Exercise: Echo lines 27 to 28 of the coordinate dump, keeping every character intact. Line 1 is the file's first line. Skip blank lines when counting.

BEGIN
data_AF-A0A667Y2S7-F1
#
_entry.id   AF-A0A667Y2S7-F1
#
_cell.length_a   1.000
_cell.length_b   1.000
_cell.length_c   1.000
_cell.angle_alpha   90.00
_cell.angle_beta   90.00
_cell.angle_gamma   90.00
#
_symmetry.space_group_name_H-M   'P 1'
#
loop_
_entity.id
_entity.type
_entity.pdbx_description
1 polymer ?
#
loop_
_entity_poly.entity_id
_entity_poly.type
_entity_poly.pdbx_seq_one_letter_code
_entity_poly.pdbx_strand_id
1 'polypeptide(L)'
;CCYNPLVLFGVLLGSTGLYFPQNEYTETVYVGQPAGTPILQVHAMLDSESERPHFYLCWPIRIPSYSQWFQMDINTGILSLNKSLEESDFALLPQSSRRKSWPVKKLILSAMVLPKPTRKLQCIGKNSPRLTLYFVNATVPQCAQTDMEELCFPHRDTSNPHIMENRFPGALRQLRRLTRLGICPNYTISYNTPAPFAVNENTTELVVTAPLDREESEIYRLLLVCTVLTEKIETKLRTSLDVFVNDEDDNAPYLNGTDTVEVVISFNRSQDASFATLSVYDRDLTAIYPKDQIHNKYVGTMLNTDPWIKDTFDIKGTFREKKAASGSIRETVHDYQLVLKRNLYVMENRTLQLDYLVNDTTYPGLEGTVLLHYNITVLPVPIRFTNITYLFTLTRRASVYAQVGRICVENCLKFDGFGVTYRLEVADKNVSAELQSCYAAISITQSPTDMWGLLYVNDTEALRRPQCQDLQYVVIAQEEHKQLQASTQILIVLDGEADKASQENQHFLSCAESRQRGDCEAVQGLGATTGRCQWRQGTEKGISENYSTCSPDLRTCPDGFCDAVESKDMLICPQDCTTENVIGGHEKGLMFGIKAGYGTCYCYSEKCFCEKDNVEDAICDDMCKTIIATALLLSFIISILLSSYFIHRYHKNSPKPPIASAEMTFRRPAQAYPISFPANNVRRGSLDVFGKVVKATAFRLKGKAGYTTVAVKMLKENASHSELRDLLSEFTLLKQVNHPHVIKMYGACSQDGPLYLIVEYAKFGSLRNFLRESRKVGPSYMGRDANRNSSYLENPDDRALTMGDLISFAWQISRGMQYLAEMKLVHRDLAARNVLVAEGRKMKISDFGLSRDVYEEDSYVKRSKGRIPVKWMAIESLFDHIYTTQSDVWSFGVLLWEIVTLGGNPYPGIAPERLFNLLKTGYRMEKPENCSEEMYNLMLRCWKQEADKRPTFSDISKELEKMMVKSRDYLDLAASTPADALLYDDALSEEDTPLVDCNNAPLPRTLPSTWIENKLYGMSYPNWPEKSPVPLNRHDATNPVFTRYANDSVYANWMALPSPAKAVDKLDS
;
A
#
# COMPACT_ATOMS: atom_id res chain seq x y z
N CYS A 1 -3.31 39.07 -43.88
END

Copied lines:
;
A